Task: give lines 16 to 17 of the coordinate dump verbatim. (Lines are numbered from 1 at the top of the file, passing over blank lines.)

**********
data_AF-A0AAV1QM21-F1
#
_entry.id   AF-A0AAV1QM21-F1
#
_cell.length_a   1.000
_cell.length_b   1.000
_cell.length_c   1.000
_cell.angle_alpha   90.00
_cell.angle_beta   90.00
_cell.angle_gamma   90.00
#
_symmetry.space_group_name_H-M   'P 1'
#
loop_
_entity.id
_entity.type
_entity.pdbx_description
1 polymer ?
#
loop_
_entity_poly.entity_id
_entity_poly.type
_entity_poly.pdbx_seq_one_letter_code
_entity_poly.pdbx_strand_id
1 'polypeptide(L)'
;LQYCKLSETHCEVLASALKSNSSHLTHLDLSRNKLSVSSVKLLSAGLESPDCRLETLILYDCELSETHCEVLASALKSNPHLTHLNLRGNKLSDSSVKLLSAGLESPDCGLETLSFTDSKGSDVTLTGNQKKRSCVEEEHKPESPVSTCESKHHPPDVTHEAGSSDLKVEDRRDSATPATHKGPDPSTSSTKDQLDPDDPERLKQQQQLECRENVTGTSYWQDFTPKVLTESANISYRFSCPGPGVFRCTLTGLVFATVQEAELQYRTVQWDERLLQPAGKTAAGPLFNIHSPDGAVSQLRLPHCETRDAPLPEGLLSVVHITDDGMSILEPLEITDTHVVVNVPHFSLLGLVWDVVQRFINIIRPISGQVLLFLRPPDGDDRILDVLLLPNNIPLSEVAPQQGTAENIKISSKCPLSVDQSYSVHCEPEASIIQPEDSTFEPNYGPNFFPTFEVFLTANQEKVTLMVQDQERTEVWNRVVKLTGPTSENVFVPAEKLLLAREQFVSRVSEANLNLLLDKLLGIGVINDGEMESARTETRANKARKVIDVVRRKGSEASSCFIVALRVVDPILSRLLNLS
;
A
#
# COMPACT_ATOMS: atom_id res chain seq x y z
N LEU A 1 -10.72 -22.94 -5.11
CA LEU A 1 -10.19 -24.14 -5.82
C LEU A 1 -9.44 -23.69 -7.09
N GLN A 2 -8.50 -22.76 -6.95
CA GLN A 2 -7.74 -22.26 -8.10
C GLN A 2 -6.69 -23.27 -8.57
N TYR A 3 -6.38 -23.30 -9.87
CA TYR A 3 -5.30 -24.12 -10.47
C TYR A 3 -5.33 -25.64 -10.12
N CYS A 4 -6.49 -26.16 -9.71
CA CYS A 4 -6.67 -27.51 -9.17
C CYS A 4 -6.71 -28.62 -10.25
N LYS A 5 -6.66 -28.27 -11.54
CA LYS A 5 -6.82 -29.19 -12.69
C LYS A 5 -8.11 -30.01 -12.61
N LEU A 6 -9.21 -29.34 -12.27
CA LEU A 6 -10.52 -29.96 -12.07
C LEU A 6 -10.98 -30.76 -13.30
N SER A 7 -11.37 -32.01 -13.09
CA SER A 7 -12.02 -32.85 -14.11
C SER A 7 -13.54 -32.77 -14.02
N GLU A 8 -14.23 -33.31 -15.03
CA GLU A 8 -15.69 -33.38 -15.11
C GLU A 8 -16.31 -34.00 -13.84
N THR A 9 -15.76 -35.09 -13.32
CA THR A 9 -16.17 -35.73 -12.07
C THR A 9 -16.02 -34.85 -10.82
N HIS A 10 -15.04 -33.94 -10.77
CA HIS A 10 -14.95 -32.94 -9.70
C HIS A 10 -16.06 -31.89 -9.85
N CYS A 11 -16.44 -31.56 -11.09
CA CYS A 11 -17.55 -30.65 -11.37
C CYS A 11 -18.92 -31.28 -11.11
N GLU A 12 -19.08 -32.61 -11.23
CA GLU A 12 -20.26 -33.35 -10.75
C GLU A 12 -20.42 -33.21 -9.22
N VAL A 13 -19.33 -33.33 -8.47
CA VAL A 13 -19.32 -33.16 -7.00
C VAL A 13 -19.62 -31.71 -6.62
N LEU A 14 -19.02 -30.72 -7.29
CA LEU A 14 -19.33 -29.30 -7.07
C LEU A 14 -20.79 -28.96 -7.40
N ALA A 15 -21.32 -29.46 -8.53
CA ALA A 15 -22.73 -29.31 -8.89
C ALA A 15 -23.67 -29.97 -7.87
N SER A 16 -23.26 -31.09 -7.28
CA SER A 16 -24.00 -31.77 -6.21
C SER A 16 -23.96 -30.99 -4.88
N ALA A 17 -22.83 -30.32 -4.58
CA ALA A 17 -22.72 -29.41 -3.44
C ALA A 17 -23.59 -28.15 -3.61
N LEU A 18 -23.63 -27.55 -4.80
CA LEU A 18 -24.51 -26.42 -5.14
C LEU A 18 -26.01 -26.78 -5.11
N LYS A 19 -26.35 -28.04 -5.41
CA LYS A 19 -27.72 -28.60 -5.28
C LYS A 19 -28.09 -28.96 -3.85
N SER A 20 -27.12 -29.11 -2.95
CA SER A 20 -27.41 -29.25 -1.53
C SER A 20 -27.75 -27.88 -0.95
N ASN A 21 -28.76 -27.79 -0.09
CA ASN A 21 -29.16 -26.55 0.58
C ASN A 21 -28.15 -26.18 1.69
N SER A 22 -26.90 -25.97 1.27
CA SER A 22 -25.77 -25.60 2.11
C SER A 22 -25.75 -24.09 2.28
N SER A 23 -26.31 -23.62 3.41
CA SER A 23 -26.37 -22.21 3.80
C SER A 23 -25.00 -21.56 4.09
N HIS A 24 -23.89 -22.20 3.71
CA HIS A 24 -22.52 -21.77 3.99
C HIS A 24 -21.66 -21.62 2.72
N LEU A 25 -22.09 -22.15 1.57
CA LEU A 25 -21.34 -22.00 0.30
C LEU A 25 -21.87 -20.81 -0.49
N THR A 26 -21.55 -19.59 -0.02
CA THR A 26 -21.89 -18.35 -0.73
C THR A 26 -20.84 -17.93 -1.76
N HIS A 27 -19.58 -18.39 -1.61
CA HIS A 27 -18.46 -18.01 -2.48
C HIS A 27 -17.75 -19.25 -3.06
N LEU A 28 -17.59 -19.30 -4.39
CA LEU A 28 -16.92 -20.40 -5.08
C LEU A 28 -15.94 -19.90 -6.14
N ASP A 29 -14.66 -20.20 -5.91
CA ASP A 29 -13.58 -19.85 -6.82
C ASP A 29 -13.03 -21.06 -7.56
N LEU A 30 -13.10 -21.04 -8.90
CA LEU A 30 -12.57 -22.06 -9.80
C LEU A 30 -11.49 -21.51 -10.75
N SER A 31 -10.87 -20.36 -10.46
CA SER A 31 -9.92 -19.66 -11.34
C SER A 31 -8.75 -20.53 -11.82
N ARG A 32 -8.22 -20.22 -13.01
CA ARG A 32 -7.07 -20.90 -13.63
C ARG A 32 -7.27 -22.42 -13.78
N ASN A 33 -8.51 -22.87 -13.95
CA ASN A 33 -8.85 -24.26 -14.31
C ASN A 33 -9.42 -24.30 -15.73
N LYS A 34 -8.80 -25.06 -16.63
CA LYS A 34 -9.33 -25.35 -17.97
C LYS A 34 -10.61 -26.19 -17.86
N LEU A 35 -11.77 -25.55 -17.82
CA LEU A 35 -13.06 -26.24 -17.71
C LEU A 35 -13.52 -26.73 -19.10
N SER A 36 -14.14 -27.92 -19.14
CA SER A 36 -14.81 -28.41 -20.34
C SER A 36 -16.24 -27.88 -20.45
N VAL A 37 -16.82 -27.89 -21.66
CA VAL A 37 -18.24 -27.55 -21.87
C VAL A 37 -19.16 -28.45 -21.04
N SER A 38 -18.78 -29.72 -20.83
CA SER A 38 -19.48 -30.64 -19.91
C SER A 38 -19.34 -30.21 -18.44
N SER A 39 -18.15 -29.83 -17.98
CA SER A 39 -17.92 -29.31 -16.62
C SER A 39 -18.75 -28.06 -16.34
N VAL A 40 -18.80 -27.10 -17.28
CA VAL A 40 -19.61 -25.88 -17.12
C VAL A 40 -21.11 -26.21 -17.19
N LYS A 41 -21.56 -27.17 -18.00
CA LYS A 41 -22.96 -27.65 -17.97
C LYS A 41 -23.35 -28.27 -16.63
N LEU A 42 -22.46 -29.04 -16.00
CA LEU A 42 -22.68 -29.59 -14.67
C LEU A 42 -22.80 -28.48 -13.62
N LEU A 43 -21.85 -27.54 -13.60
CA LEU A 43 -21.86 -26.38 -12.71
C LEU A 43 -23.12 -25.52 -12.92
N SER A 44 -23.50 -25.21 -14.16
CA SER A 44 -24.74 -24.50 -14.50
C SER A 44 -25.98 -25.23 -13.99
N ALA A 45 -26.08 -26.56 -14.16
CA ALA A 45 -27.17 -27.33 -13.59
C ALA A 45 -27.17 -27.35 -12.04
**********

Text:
_entity.type
_entity.pdbx_description